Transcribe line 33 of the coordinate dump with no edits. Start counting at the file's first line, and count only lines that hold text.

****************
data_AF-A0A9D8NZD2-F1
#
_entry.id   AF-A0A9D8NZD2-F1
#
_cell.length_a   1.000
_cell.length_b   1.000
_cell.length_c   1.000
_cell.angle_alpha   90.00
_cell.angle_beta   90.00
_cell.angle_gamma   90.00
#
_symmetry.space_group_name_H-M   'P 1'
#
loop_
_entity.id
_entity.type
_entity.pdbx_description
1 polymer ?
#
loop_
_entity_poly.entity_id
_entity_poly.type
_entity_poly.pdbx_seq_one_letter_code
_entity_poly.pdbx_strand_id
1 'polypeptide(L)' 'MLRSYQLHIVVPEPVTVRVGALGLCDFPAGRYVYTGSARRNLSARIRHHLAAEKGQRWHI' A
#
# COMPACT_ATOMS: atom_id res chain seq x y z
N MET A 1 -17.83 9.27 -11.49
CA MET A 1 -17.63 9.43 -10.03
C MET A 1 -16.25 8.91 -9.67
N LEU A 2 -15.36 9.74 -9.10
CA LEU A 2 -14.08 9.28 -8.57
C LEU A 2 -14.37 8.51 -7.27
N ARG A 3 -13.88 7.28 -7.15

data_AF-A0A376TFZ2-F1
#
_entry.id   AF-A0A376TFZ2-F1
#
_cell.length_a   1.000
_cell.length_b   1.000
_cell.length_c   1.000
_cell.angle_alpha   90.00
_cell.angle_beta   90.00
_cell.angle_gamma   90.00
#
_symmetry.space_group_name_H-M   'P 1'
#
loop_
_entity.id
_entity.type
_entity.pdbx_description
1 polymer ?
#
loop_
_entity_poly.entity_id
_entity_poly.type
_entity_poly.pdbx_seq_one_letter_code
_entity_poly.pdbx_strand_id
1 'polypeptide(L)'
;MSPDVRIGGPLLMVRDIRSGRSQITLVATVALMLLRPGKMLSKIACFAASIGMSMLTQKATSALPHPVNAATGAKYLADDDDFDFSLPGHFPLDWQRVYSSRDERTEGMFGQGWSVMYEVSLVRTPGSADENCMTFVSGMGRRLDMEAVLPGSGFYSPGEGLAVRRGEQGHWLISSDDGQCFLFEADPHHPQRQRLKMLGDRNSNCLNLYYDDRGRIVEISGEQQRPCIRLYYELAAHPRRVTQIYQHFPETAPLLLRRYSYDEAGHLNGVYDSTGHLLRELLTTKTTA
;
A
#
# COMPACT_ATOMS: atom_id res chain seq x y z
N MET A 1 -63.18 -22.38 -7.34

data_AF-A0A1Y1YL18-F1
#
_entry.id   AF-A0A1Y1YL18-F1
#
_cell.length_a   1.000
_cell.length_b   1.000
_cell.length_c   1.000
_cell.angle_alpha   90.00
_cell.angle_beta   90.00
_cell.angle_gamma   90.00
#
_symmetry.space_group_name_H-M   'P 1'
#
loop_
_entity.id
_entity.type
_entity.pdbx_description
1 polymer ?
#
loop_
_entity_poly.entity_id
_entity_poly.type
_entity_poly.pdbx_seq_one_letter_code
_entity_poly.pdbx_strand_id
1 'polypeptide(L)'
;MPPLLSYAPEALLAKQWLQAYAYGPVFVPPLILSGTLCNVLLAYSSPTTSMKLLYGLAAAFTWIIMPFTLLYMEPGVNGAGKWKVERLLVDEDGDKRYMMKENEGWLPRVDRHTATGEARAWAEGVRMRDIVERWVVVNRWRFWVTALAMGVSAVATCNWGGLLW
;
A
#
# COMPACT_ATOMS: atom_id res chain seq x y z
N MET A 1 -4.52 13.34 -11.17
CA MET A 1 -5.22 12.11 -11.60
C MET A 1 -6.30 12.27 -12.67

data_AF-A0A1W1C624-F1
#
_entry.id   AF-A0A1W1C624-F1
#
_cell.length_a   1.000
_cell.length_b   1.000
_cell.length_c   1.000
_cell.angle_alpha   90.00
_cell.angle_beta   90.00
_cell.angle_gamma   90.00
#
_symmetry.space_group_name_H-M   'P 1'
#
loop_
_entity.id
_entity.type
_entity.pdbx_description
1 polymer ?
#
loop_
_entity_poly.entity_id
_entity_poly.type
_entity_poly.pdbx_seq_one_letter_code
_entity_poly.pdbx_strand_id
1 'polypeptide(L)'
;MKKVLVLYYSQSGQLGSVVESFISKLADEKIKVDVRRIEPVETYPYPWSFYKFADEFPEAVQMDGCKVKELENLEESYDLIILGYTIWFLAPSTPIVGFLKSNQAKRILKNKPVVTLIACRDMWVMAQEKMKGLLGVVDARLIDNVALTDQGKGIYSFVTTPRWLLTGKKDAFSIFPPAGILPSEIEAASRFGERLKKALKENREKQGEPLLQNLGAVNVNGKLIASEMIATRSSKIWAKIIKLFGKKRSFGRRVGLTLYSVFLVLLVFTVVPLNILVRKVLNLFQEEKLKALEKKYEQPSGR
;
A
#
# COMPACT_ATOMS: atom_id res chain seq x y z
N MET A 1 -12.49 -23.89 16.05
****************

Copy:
C LEU A 2 -14.37 8.51 -7.27